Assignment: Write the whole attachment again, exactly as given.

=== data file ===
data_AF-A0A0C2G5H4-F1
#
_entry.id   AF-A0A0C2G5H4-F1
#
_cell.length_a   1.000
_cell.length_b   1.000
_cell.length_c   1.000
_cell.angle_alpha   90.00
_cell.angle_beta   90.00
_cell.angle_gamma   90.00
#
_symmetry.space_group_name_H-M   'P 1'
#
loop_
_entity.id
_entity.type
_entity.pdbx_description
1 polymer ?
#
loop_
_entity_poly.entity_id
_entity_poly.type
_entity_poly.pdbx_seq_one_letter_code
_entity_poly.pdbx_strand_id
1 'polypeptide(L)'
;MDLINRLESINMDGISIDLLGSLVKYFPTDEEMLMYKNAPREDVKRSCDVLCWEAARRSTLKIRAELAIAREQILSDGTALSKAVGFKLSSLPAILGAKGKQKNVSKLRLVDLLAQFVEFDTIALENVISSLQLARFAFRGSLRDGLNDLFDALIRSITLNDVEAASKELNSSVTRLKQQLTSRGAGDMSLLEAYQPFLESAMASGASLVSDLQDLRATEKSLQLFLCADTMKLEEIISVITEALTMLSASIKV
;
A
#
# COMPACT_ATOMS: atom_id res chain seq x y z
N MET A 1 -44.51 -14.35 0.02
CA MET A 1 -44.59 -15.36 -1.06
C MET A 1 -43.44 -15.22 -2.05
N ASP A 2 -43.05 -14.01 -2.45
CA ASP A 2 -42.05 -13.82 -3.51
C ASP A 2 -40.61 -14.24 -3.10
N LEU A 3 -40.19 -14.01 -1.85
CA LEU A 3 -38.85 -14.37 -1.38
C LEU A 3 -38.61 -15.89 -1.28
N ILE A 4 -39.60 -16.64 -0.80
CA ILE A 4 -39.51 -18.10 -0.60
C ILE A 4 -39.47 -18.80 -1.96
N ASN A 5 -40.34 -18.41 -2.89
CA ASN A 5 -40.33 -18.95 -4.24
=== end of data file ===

data_AF-A0A0C2G5H4-F1
#
_entry.id   AF-A0A0C2G5H4-F1
#
_cell.length_a   1.000
_cell.length_b   1.000
_cell.length_c   1.000
_cell.angle_alpha   90.00
_cell.angle_beta   90.00
_cell.angle_gamma   90.00
#
_symmetry.space_group_name_H-M   'P 1'
#
loop_
_entity.id
_entity.type
_entity.pdbx_description
1 polymer ?
#
loop_
_entity_poly.entity_id
_entity_poly.type
_entity_poly.pdbx_seq_one_letter_code
_entity_poly.pdbx_strand_id
1 'polypeptide(L)'
;MDLINRLESINMDGISIDLLGSLVKYFPTDEEMLMYKNAPREDVKRSCDVLCWEAARRSTLKIRAELAIAREQILSDGTALSKAVGFKLSSLPAILGAKGKQKNVSKLRLVDLLAQFVEFDTIALENVISSLQLARFAFRGSLRDGLNDLFDALIRSITLNDVEAASKELNSSVTRLKQQLTSRGAGDMSLLEAYQPFLESAMASGASLVSDLQDLRATEKSLQLFLCADTMKLEEIISVITEALTMLSASIKV
;
A
#
# COMPACT_ATOMS: atom_id res chain seq x y z
N MET A 1 -44.51 -14.35 0.02
CA MET A 1 -44.59 -15.36 -1.06
C MET A 1 -43.44 -15.22 -2.05
N ASP A 2 -43.05 -14.01 -2.45
CA ASP A 2 -42.05 -13.82 -3.51
C ASP A 2 -40.61 -14.24 -3.10
N LEU A 3 -40.19 -14.01 -1.85
CA LEU A 3 -38.85 -14.37 -1.38
C LEU A 3 -38.61 -15.89 -1.28
N ILE A 4 -39.60 -16.64 -0.80
CA ILE A 4 -39.51 -18.10 -0.60
C ILE A 4 -39.47 -18.80 -1.96
N ASN A 5 -40.34 -18.41 -2.89
CA ASN A 5 -40.33 -18.95 -4.24